The Hindu Podcast | Lit for Life 2019 — Arun Shourie chats with N. Ravi about ‘Making India Work’

Eminent journalist and political commentator Arun Shourie, in a freewheeling discussion with former Editor-in-Chief of The Hindu N. Ravi, urges people to study court judgments academically in order to ensure accountability within the judiciary.

February 04, 2019 08:49 pm | Updated February 05, 2019 04:34 pm IST

In a session titled ‘Making India Work’ as part of The Hindu Lit For Life , 2019, on January 12,  eminent journalist and political commentator Arun Shourie had a conversation with N. Ravi, former Editor-in-Chief of The Hindu.

Mr. Ravi initiated a discussion on Mr. Shourie's book Anita Gets Bail , in which the latter narrated the travails of his wife Anita being prosecuted for an alleged environmental law provision.

Reading from the book, Mr. Shourie took a dig at certain judgments of the Supreme Court. “While judges may be compassionate or nice, the system as a whole has become completely heartless,” he said.

Referring to the DA (disproportionate assets) case against former Tamil Nadu Chief Mnister Jayalalithaa, he said: “Between the conclusion of arguments [at the Supreme Court] and the delivery of judgement, seven months had passed and Jayalalithaa had died. How do you see the role of the SC and High Court?

“When the case moves to the higher court, then discussions come up on who the expert will be, how he will be selected. Every matter will be sent to appeal and the advocate general for Karnataka said that by the end he could write a book on the law of adjournments. After the examination, the Karnataka High Court judge gave an absolutely shameless judgment.”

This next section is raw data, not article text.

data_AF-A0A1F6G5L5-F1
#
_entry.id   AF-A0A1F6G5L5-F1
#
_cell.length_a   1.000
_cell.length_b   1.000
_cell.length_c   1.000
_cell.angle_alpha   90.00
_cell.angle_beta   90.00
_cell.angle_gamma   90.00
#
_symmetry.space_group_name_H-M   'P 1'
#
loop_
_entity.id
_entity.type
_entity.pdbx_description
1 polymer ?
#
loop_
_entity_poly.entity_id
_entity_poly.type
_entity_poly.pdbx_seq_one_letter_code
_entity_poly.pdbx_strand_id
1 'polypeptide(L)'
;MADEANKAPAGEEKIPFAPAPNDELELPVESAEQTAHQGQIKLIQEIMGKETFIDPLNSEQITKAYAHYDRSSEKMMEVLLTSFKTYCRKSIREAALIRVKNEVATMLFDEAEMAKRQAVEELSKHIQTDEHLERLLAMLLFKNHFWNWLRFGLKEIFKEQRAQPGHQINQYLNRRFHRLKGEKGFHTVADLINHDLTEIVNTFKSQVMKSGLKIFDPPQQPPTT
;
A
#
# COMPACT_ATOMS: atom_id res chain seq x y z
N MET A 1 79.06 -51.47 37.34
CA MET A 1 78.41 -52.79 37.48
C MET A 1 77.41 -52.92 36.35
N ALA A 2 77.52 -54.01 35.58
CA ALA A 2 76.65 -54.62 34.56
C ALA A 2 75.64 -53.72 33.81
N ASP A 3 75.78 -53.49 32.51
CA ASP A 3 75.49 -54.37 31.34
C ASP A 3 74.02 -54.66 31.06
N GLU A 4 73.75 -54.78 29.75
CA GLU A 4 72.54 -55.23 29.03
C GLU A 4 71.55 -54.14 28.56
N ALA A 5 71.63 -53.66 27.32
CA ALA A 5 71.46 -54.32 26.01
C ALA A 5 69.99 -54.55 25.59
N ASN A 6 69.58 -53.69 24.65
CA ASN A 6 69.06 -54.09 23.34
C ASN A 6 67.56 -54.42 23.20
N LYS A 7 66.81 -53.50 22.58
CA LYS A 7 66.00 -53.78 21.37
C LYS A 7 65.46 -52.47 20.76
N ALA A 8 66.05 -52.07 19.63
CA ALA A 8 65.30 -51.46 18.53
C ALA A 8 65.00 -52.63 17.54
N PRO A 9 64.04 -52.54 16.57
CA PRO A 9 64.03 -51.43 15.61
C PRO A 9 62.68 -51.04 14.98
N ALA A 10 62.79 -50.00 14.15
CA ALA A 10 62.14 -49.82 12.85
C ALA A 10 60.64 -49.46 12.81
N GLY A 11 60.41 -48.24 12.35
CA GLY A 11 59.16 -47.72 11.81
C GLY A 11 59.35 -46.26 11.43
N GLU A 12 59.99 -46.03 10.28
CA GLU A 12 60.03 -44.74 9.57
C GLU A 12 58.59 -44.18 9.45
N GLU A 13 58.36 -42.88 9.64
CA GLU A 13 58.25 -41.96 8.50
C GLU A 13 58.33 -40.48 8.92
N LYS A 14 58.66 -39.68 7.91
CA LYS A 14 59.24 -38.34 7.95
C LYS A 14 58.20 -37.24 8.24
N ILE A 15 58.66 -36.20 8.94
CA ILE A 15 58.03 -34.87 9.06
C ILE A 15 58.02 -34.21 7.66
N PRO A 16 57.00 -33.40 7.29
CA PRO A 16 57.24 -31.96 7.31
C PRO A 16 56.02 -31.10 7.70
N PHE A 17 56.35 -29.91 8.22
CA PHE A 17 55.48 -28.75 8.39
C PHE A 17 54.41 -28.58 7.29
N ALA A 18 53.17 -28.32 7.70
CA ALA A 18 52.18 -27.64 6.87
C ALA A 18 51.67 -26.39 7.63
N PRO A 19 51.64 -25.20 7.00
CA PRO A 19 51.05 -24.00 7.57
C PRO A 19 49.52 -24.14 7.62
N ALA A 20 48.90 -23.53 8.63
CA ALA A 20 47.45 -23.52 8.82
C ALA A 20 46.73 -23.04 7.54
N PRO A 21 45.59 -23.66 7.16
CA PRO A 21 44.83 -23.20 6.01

Rafale deal

On the Rafale fighter jet deal controversy, Mr. Shourie questioned the government’s refusal to disclose the price. He recalled that in the past prices had been stated in Parliament, for instance with regard to the Mirage deal. He termed a “betrayal of the requirements of national security” the way in which the Supreme Court handled the case.

On Prime Minister Narendra Modi, he remarked, “What I initially saw as harmless errors should have been recognised as traits, which I came to realise later.”

Answering a question about the present-day tussle between tradition and women’s rights, he said: “We must not recognise any personal law of any religion at all. They should all be done away with.”

On the Sabarimala row, he said: “Women’s solution is to [force an entry into] the temple, whereas, my solution is: ‘I will never go there’.”

Mr. Shourie concluded the session by calling upon people to study judgments and comment on them in an academic way. “This is the way to ensure accountability,” he said.

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